UPDATE: According to Mashable, the Iranians who starred in the "Happy" tribute video have been released on bail, while the director remains in custody. One of the stars, Reihane Taravati, posted a selfie on Instagram with the caption, "Hi I'm back thank you @pharrell and everyone who cared about us love you all so much and miss you so much."
A group of young Iranians were arrested this week for the simple crime of dancing to Pharrell's "Happy" in a tribute video. The Huffington Post reports that up to eight people connected to the clip were detained by police after uploading the video to YouTube.
While the original has been taken down, copies of "Happy We are from Tehran" are still up on the site. It shows three women dancing without veils with three men in an apartment and on a rooftop, and occasionally touching. It all seems innocent and chaste by American standards, but it's apparently enough to warrant an arrest in the Islamic country.
In the video below, which purportedly comes from state-run channel Islamic Republic of Iran Broadcasting, the youths are shown confessing for their crimes, claiming they were told it was going to be for a film that would never be broadcast. Tehran police chief Hossein Sajedinia said, "After a vulgar clip which hurt public chastity was released in cyberspace, police decided to identify those involved in making that clip."
Law enforcement reportedly contacted the video's producers and told them a friend had been seriously injured in a car accident (a pretty dastardly move, even by Walter White's standards) luring them to a location where they were then detained. "Our dear youths should try to avoid these kinds of people. Like actors, singers, and these kinds of problems. Try to avoid it," Sajedinia added.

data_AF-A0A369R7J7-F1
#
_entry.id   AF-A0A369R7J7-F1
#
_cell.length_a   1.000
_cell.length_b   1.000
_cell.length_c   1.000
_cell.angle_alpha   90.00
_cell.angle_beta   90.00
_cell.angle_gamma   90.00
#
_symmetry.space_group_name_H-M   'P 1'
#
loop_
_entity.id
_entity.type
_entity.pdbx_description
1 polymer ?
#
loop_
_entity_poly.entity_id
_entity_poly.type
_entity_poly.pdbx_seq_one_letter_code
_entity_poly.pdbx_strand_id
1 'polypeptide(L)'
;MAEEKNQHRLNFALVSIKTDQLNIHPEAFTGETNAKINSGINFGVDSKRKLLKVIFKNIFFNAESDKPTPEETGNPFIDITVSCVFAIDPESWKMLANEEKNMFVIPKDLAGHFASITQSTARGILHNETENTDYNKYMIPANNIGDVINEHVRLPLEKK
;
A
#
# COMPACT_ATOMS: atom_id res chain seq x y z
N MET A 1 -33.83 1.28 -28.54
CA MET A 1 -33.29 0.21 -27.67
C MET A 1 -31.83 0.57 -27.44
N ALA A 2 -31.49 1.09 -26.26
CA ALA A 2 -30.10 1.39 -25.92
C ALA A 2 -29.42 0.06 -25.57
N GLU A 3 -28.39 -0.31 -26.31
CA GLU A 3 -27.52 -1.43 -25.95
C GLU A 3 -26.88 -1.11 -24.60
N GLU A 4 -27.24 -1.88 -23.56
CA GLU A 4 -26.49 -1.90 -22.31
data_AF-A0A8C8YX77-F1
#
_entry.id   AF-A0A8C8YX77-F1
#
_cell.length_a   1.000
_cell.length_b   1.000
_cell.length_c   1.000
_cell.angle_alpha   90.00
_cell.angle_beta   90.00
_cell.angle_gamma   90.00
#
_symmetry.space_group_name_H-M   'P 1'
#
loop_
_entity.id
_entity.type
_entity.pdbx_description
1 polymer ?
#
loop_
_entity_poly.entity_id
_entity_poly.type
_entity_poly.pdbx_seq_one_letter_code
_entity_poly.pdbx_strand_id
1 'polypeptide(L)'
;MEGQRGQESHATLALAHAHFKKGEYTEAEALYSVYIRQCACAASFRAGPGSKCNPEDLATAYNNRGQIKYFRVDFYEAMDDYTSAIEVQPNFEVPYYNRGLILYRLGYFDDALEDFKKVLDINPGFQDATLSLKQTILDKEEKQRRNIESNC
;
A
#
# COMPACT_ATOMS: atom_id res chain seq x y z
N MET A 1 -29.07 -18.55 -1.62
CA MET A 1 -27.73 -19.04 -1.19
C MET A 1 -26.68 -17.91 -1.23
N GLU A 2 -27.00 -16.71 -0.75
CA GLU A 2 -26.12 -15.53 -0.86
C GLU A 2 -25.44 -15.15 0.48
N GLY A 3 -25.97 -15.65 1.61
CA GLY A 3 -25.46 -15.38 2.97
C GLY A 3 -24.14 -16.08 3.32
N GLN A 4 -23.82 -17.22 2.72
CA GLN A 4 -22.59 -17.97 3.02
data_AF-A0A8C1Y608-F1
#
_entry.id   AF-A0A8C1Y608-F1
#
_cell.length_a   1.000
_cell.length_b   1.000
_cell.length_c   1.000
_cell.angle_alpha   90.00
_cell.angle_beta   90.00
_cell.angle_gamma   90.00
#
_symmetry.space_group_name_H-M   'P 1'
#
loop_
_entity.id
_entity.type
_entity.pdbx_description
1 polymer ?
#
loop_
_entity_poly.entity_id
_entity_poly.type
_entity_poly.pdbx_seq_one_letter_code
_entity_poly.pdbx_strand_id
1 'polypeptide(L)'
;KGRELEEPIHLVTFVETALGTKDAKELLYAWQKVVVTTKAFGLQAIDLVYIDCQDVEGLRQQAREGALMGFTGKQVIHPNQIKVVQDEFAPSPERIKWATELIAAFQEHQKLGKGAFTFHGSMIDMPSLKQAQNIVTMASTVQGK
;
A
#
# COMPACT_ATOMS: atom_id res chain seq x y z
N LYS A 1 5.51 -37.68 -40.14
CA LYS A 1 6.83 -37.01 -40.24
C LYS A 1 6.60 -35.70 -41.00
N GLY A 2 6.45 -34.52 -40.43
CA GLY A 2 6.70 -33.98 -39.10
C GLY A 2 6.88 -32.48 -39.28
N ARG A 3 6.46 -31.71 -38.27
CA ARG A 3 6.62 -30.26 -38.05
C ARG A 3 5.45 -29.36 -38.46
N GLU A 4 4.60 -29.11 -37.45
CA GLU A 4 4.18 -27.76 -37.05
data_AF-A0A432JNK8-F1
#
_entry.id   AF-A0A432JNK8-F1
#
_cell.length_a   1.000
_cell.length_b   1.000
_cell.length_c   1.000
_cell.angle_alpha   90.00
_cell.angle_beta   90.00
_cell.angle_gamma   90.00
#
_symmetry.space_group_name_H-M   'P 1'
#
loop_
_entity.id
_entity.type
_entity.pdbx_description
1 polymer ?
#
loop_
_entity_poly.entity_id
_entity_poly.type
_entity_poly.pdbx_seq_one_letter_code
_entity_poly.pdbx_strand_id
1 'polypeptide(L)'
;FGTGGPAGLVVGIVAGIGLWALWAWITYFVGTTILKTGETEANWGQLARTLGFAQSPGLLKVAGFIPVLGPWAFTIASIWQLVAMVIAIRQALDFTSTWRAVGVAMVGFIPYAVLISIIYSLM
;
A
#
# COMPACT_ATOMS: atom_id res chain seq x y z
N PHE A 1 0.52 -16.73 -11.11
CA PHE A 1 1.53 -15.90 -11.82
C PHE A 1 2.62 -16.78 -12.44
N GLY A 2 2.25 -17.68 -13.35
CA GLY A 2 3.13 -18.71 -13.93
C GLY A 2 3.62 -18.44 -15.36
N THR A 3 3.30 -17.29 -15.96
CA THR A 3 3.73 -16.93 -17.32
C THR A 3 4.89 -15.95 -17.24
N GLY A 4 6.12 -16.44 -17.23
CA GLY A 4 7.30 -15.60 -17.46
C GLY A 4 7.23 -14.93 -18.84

Support for the young people has gone viral thanks in part to the Twitter hashtag #FreeHappyIranians. Pharrell himself tweeted, "It's beyond sad these kids were arrested for trying to spread happiness." A few weeks ago, one of the video's stars told Iran Wire about their motives.
"Outside Iran anybody can do this," she said. "We want to tell the world that Iran is a better place than what they think it is. Despite all the pressures and limitations, young people are joyful and want to make the situation better. They know how to have fun, like the rest of the world."
That said, they knew the risks in making it, so rather than the film it with professional equipment, they used an iPhone 5S. And to conform with Islamic dress code, the women wore wigs. "We were really afraid," she said. "Whenever somebody looked out of a window or someone passed by, we ducked behind a door to make sure we were not seen."
As of now, it's unclear how long they will be detained and what charges they face.